Whilst I remain convinced that everyone should read Cold Comfort Farm, I am sorry to report that no one need bother with this trivial sequel.
Wednesday, 7 January 2015
Is Angelo Linklater's masterpiece? It may well be. Arguments can be made for the two Don Juan novels, and some of his books for children are classics in their own right, but I suspect Angelo is the one that will count.
Written in 1945 and published in 1946, Angelo was Linklater's first novel since immediately before the outbreak of war. This was not because of block but because Linklater was a genuine war hero. Shot in the head in World War 1, by the time Chamberlain made the war broadcast on September 3 1939 Linklater was already on active duty guarding Scapa Flow.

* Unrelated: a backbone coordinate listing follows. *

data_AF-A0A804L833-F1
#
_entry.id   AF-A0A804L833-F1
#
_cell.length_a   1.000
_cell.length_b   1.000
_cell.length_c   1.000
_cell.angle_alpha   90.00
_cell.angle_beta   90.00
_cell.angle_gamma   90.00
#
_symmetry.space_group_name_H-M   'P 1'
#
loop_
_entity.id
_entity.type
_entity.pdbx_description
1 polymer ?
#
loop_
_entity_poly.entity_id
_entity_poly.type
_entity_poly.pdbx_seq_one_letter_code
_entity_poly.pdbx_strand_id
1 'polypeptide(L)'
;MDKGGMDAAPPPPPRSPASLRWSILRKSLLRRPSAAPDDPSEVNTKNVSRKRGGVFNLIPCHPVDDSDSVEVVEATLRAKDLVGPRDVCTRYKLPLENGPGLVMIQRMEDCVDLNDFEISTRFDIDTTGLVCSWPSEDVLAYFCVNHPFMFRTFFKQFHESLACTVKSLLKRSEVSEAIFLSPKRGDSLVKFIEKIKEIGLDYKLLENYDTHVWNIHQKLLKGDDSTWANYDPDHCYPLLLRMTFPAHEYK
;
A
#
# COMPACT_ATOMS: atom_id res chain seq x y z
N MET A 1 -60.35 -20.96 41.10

Within a few months the famous novelist had been seconded to the Ministry of Information, for whom he produced the official history of significant battles, all of them glorious defeats. This led him to collaborate on radio versions with the BBC which in turn led to his famous series of dramatic 'conversations' which were tremendously popular and upon which I appear to be the world expert.
The last conversation was Rabelais Replies in 1943. Linklater then returned to active service, based in Italy between the Italian surrender and the Allied clearance of the Germans from Italy. This is the period in which the bulk of Angelo is set.
Angelo is the soldierly everyman, good-hearted and dutiful enough but lacking the dono di corragio. As with all moralities, from Everyman itself to Pilgrim's Progress, his adventures lead to him finding that which he started out lacking. All of it is done with Linklater's characteristic humour - he is a comic novelist in the tradition of Dickens and Compton Mackenzie. But much as Linklater admired the fighting man, he absolutely loathed the political nincompoops who led the world into war. And he says so, several times. Passages here reflect the tone of his first and best radio conversation The Cornerstones (1941).